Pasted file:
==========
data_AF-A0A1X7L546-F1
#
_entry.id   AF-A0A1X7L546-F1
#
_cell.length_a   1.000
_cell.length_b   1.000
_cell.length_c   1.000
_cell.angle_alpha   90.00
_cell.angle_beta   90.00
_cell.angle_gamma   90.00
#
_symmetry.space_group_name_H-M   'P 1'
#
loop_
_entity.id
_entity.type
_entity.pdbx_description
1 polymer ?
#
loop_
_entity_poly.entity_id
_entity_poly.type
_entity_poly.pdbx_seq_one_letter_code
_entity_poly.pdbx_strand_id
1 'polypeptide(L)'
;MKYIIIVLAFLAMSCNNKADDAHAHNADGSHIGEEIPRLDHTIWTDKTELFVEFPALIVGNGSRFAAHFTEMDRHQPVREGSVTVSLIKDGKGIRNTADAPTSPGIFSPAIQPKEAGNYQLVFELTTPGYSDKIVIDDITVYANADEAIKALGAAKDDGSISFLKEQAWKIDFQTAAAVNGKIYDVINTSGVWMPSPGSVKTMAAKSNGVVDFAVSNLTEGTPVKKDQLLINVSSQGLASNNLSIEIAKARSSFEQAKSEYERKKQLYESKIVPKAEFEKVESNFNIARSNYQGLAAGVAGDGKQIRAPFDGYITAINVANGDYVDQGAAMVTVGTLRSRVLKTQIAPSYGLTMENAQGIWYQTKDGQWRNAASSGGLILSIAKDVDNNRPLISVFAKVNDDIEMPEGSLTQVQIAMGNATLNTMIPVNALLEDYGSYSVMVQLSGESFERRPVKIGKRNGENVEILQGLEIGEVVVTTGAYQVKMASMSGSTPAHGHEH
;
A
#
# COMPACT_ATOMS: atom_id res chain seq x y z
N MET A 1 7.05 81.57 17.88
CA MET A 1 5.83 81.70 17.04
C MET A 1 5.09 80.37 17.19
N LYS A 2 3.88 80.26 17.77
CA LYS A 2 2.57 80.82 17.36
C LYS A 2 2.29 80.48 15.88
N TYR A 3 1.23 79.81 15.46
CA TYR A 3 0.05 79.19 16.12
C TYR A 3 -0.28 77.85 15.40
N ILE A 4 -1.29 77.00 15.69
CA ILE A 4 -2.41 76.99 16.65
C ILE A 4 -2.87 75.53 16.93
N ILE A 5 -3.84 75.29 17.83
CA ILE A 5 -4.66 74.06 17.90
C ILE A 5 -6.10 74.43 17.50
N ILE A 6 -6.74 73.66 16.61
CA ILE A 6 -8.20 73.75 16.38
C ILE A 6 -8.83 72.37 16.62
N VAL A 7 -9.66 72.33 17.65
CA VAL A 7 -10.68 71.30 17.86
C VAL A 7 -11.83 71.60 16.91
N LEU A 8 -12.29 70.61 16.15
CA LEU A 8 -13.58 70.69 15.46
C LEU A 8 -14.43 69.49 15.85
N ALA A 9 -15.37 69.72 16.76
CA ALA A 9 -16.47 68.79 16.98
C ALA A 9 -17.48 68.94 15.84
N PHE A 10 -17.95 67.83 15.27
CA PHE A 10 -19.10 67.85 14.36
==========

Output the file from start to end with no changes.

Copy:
data_AF-A0A1X7L546-F1
#
_entry.id   AF-A0A1X7L546-F1
#
_cell.length_a   1.000
_cell.length_b   1.000
_cell.length_c   1.000
_cell.angle_alpha   90.00
_cell.angle_beta   90.00
_cell.angle_gamma   90.00
#
_symmetry.space_group_name_H-M   'P 1'
#
loop_
_entity.id
_entity.type
_entity.pdbx_description
1 polymer ?
#
loop_
_entity_poly.entity_id
_entity_poly.type
_entity_poly.pdbx_seq_one_letter_code
_entity_poly.pdbx_strand_id
1 'polypeptide(L)'
;MKYIIIVLAFLAMSCNNKADDAHAHNADGSHIGEEIPRLDHTIWTDKTELFVEFPALIVGNGSRFAAHFTEMDRHQPVREGSVTVSLIKDGKGIRNTADAPTSPGIFSPAIQPKEAGNYQLVFELTTPGYSDKIVIDDITVYANADEAIKALGAAKDDGSISFLKEQAWKIDFQTAAAVNGKIYDVINTSGVWMPSPGSVKTMAAKSNGVVDFAVSNLTEGTPVKKDQLLINVSSQGLASNNLSIEIAKARSSFEQAKSEYERKKQLYESKIVPKAEFEKVESNFNIARSNYQGLAAGVAGDGKQIRAPFDGYITAINVANGDYVDQGAAMVTVGTLRSRVLKTQIAPSYGLTMENAQGIWYQTKDGQWRNAASSGGLILSIAKDVDNNRPLISVFAKVNDDIEMPEGSLTQVQIAMGNATLNTMIPVNALLEDYGSYSVMVQLSGESFERRPVKIGKRNGENVEILQGLEIGEVVVTTGAYQVKMASMSGSTPAHGHEH
;
A
#
# COMPACT_ATOMS: atom_id res chain seq x y z
N MET A 1 7.05 81.57 17.88
CA MET A 1 5.83 81.70 17.04
C MET A 1 5.09 80.37 17.19
N LYS A 2 3.88 80.26 17.77
CA LYS A 2 2.57 80.82 17.36
C LYS A 2 2.29 80.48 15.88
N TYR A 3 1.23 79.81 15.46
CA TYR A 3 0.05 79.19 16.12
C TYR A 3 -0.28 77.85 15.40
N ILE A 4 -1.29 77.00 15.69
CA ILE A 4 -2.41 76.99 16.65
C ILE A 4 -2.87 75.53 16.93
N ILE A 5 -3.84 75.29 17.83
CA ILE A 5 -4.66 74.06 17.90
C ILE A 5 -6.10 74.43 17.50
N ILE A 6 -6.74 73.66 16.61
CA ILE A 6 -8.20 73.75 16.38
C ILE A 6 -8.83 72.37 16.62
N VAL A 7 -9.66 72.33 17.65
CA VAL A 7 -10.68 71.30 17.86
C VAL A 7 -11.83 71.60 16.91
N LEU A 8 -12.29 70.61 16.15
CA LEU A 8 -13.58 70.69 15.46
C LEU A 8 -14.43 69.49 15.85
N ALA A 9 -15.37 69.72 16.76
CA ALA A 9 -16.47 68.79 16.98
C ALA A 9 -17.48 68.94 15.84
N PHE A 10 -17.95 67.83 15.27
CA PHE A 10 -19.10 67.85 14.36